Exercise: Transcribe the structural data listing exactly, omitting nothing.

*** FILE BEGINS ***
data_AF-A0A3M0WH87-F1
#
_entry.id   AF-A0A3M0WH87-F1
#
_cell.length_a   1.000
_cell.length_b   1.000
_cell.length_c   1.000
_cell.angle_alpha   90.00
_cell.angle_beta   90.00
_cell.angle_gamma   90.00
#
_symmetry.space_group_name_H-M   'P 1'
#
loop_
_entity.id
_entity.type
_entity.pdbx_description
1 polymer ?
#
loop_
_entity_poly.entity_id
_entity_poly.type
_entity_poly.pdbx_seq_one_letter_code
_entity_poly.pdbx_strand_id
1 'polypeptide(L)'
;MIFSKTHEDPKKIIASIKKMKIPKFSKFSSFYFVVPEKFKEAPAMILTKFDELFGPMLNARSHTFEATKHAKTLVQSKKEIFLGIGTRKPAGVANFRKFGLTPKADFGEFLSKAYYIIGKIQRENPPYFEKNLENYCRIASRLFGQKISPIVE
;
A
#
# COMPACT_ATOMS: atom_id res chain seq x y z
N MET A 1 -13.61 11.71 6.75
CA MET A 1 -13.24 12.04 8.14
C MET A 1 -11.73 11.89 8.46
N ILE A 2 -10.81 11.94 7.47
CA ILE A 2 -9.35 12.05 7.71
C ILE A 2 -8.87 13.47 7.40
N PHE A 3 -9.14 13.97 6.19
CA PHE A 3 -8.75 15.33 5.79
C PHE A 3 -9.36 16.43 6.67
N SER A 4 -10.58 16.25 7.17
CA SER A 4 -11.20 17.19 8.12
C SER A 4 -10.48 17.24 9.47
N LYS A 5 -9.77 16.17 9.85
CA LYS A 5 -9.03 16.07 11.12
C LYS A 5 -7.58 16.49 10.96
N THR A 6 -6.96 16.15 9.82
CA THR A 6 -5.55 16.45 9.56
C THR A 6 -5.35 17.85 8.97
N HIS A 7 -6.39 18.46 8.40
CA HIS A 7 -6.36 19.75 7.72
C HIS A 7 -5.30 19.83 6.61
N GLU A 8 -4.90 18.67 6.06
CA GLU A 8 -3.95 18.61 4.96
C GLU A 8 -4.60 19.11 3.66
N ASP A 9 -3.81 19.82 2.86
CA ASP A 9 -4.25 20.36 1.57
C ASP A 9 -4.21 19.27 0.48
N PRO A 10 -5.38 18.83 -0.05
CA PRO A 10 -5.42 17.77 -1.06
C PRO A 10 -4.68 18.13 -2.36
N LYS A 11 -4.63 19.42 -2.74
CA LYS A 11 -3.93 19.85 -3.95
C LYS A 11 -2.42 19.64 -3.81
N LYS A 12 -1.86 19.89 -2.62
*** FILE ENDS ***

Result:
data_AF-A0A3M0WH87-F1
#
_entry.id   AF-A0A3M0WH87-F1
#
_cell.length_a   1.000
_cell.length_b   1.000
_cell.length_c   1.000
_cell.angle_alpha   90.00
_cell.angle_beta   90.00
_cell.angle_gamma   90.00
#
_symmetry.space_group_name_H-M   'P 1'
#
loop_
_entity.id
_entity.type
_entity.pdbx_description
1 polymer ?
#
loop_
_entity_poly.entity_id
_entity_poly.type
_entity_poly.pdbx_seq_one_letter_code
_entity_poly.pdbx_strand_id
1 'polypeptide(L)'
;MIFSKTHEDPKKIIASIKKMKIPKFSKFSSFYFVVPEKFKEAPAMILTKFDELFGPMLNARSHTFEATKHAKTLVQSKKEIFLGIGTRKPAGVANFRKFGLTPKADFGEFLSKAYYIIGKIQRENPPYFEKNLENYCRIASRLFGQKISPIVE
;
A
#
# COMPACT_ATOMS: atom_id res chain seq x y z
N MET A 1 -13.61 11.71 6.75
CA MET A 1 -13.24 12.04 8.14
C MET A 1 -11.73 11.89 8.46
N ILE A 2 -10.81 11.94 7.47
CA ILE A 2 -9.35 12.05 7.71
C ILE A 2 -8.87 13.47 7.40
N PHE A 3 -9.14 13.97 6.19
CA PHE A 3 -8.75 15.33 5.79
C PHE A 3 -9.36 16.43 6.67
N SER A 4 -10.58 16.25 7.17
CA SER A 4 -11.20 17.19 8.12
C SER A 4 -10.48 17.24 9.47
N LYS A 5 -9.77 16.17 9.85
CA LYS A 5 -9.03 16.07 11.12
C LYS A 5 -7.58 16.49 10.96
N THR A 6 -6.96 16.15 9.82
CA THR A 6 -5.55 16.45 9.56
C THR A 6 -5.35 17.85 8.97
N HIS A 7 -6.39 18.46 8.40
CA HIS A 7 -6.36 19.75 7.72
C HIS A 7 -5.30 19.83 6.61
N GLU A 8 -4.90 18.67 6.06
CA GLU A 8 -3.95 18.61 4.96
C GLU A 8 -4.60 19.11 3.66
N ASP A 9 -3.81 19.82 2.86
CA ASP A 9 -4.25 20.36 1.57
C ASP A 9 -4.21 19.27 0.48
N PRO A 10 -5.38 18.83 -0.05
CA PRO A 10 -5.42 17.77 -1.06
C PRO A 10 -4.68 18.13 -2.36
N LYS A 11 -4.63 19.42 -2.74
CA LYS A 11 -3.93 19.85 -3.95
C LYS A 11 -2.42 19.64 -3.81
N LYS A 12 -1.86 19.89 -2.62